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Ask Dr. Tech



When you rely on your computer, when is it
Time to replace your hard drive?

Why would you replace a major part of your computer, one that doesn’t need upgrading and that’s showing no signs of distress? Shouldn’t you just leave well enough alone?

Not necessarily. Let us tell you why…

Hard Drive Failure Is No Joke
Hard drive failure, particularly in a business environment, is no joke.  Imagine the sudden loss of all your data, with no way to retrieve it. 

Without a current backup, it could take weeks to get it back, not to mention thousands of dollars in retrieval fees.  Even with a current backup, it could take a full nerve-wracking day or more just to resume from where you were.  What would you do if that happened? 

That’s what a hard drive failure is.  Your computer not only doesn’t work, the data it contains is inaccessible.  In the wrong set of circumstances, a failure of this particular, relatively inexpensive part could be catastrophic. 

You can’t predict the circumstances when a hard drive will fail, but you can, with no lack of certainty, predict its failure.  The question isn’t whether it will fail, but when. 

Death, Taxes, Hard Drive Failure
We’re not talking about damage due to power surges or abuse.  Those are bad enough, but the simple mechanical deterioration of the hard drive’s physical components can be downright insidious..  Although a hard drive can easily outlive its usefulness (we still have some fully functional drives more than a decade old), it could just as easily- and as likely- not even make it through its prime.  There’s just no way to know, ahead of time, what it will do.  A hard drive might last a day or two, and it might seem to strive for eternity.   

Most of the failures we have seen aren’t too extreme.  They generally occur somewhere around the three year mark. 

Considering that the warranty on these drives was three years or so, this is no real surprise.  Maxtor, Seagate, Western Digital, and other manufacturers know what they’re about, and a warranty is their best guess of what you can really count on from their drives.  Beyond the expiration date, the drive is running into borrowed time.  For today’s much larger (and much less expensive) hard drives, the warranty is typically reduced to one short year. 

The manufacturers are not predicting failure after only 12 months of use, but they’re not prepared to bet on more, either.  That’s a fact that needs to be considered in your plans.  Backups are a must, of course, from the first day of installation.  Even with daily backups, though, you should plan to replace your hard drive before it fails, or begins to exhibit signs of problems.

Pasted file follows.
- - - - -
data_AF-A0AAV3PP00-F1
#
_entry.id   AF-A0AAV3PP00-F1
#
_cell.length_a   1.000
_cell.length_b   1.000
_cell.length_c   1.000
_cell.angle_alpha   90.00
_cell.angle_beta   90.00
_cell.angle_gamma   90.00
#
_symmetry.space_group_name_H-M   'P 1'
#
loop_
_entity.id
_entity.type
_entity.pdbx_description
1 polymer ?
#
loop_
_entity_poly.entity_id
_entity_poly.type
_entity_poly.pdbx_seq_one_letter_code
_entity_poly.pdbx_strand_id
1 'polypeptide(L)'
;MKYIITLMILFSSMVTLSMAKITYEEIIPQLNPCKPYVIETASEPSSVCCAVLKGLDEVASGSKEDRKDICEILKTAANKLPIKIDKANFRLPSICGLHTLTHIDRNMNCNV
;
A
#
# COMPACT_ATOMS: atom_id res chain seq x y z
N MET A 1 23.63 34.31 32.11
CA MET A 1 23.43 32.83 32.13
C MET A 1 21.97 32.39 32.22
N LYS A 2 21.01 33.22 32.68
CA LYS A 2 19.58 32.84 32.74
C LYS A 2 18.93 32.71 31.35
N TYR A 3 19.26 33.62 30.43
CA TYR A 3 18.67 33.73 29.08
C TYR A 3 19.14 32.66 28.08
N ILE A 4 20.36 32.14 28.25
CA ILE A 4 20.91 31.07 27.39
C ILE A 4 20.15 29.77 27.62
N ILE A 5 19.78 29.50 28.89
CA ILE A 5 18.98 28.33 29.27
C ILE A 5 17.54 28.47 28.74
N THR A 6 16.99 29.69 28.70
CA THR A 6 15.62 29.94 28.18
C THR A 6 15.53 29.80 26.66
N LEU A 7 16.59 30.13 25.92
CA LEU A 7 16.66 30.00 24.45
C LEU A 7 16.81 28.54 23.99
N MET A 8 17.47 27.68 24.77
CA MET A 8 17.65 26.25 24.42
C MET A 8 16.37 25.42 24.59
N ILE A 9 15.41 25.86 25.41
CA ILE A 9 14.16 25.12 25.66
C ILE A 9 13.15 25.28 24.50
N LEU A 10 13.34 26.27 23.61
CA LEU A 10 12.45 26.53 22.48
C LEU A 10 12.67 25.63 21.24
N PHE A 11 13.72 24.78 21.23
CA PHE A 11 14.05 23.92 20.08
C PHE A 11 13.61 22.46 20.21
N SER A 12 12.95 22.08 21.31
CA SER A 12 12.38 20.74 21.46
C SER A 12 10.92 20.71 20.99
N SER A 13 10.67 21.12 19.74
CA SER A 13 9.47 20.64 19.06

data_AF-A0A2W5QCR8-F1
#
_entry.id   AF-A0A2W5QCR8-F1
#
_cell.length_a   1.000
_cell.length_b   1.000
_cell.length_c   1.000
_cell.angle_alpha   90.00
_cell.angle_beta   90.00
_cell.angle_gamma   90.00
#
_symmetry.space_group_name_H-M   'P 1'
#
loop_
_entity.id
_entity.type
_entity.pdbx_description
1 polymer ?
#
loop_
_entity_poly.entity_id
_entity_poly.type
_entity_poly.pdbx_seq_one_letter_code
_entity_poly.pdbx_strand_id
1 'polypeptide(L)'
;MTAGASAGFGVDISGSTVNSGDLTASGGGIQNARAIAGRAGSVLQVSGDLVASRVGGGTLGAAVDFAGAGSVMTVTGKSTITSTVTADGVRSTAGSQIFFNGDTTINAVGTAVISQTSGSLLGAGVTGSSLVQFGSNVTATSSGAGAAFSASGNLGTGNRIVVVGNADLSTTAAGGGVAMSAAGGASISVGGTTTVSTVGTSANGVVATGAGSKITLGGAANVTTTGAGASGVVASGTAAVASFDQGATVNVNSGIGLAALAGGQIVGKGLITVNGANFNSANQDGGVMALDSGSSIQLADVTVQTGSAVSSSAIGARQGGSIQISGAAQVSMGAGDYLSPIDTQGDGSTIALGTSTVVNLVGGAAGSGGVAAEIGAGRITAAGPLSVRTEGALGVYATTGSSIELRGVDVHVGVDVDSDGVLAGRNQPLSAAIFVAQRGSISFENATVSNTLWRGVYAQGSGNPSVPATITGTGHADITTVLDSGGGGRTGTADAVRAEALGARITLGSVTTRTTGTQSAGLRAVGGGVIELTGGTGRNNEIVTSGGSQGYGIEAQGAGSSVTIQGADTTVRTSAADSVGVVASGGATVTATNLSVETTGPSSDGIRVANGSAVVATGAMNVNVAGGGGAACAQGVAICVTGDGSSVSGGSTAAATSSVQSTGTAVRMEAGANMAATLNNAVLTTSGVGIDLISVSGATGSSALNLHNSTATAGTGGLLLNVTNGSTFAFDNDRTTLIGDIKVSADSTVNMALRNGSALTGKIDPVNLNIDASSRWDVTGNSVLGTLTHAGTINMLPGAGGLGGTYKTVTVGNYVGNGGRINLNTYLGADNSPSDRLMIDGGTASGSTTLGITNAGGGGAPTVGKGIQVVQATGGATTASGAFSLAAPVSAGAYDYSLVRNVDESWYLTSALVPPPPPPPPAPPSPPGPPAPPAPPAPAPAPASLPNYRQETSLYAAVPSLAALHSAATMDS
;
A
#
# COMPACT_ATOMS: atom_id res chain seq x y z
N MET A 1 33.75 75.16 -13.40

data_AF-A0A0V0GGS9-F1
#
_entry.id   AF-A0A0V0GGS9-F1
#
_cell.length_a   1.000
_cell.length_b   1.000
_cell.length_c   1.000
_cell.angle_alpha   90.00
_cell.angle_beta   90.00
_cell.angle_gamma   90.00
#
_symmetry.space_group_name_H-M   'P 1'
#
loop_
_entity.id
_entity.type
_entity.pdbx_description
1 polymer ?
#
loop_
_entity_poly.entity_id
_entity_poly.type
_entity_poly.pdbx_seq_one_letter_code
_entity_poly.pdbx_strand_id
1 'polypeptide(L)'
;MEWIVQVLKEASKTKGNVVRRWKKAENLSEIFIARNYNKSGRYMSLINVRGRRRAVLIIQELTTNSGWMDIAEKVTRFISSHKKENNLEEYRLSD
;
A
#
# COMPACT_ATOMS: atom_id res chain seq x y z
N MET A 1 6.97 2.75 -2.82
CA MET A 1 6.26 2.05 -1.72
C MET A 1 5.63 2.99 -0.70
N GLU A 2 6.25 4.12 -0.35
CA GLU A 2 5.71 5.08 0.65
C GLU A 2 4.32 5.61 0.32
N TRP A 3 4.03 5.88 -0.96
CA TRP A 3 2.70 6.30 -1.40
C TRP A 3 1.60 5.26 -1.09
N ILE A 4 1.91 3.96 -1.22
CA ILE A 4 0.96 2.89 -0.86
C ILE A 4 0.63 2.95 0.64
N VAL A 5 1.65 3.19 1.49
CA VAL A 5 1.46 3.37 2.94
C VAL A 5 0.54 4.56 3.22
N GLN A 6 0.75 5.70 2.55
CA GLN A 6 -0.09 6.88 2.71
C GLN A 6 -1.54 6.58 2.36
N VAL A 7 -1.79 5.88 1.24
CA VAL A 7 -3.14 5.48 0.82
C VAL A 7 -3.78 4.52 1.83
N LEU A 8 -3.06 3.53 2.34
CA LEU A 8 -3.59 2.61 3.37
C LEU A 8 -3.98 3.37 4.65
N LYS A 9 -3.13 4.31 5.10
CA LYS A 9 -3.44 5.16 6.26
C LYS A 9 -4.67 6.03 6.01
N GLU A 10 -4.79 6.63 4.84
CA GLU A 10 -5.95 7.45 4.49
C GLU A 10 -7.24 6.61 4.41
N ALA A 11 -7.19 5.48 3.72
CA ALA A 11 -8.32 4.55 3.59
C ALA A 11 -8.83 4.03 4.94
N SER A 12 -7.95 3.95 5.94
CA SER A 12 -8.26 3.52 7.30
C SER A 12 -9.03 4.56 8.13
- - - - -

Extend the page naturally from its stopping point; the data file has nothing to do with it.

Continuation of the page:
You Choose the Time and Conditions
When you replace a hard drive before it fails, you give up, undeniably, some portion of its useful life.  In exchange for this, you get to choose the time and conditions for the replacement.  You can plan and prepare for it, and prevent the chaos of an unexpected failure.  Economically, the tradeoff is a good one, and the drive you’re replacing doesn’t even have to, as you might imagine, go to waste. 

Hard drives are cheap.  As this is written (Fall, 2003), forty gigabytes and more can be had for less than one hundred dollars, and still less with ubiquitous rebate offerings.  At an amortized cost of eight dollars or less a month, replacing one each year would not be an unreasonable proposition. 

Replacing a hard drive on such a schedule would be overkill, of course.  Like most electronics, a hard drive that makes it through the first few days of use is likely to last years with no problems.  Add the cost of paying someone else to make the change, and annual replacement is an even less attractive option.  The trick, then, is to get your money’s worth from one, but not to wait for failure before replacing it. 

When to Replace a Drive
Although we have seen drives fail at or before the warranty, it’s a fairly safe bet they’ll last at least that long, and probably some time more.  So when ought a hard drive to be replaced? 

You want to balance cost with effect, taking into the account the likelihood the drive will fail and how much it would cost you if it did. 

As noted above, most of the failures we’ve seen are close to the three year mark.  If your drive’s older than this, it would be a good idea to replace it now, or as soon as possible.  Sure, it could last longer, but why take the chance?